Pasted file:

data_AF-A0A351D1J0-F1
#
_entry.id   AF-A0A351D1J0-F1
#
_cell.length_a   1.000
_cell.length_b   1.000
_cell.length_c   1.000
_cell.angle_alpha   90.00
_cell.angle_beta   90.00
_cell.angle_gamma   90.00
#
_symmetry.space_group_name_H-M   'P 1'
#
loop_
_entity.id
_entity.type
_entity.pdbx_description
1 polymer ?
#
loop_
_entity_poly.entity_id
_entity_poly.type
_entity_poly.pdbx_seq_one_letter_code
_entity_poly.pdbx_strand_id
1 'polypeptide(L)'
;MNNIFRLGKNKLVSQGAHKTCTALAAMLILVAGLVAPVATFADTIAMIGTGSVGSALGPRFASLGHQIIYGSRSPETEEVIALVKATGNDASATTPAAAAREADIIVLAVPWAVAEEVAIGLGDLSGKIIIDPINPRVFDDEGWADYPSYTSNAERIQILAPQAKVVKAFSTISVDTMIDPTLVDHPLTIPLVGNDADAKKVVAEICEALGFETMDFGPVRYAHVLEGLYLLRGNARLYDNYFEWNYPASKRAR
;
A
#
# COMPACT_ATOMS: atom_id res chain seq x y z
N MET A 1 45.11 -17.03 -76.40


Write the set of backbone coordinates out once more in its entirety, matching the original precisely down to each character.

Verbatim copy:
data_AF-A0A351D1J0-F1
#
_entry.id   AF-A0A351D1J0-F1
#
_cell.length_a   1.000
_cell.length_b   1.000
_cell.length_c   1.000
_cell.angle_alpha   90.00
_cell.angle_beta   90.00
_cell.angle_gamma   90.00
#
_symmetry.space_group_name_H-M   'P 1'
#
loop_
_entity.id
_entity.type
_entity.pdbx_description
1 polymer ?
#
loop_
_entity_poly.entity_id
_entity_poly.type
_entity_poly.pdbx_seq_one_letter_code
_entity_poly.pdbx_strand_id
1 'polypeptide(L)'
;MNNIFRLGKNKLVSQGAHKTCTALAAMLILVAGLVAPVATFADTIAMIGTGSVGSALGPRFASLGHQIIYGSRSPETEEVIALVKATGNDASATTPAAAAREADIIVLAVPWAVAEEVAIGLGDLSGKIIIDPINPRVFDDEGWADYPSYTSNAERIQILAPQAKVVKAFSTISVDTMIDPTLVDHPLTIPLVGNDADAKKVVAEICEALGFETMDFGPVRYAHVLEGLYLLRGNARLYDNYFEWNYPASKRAR
;
A
#
# COMPACT_ATOMS: atom_id res chain seq x y z
N MET A 1 45.11 -17.03 -76.40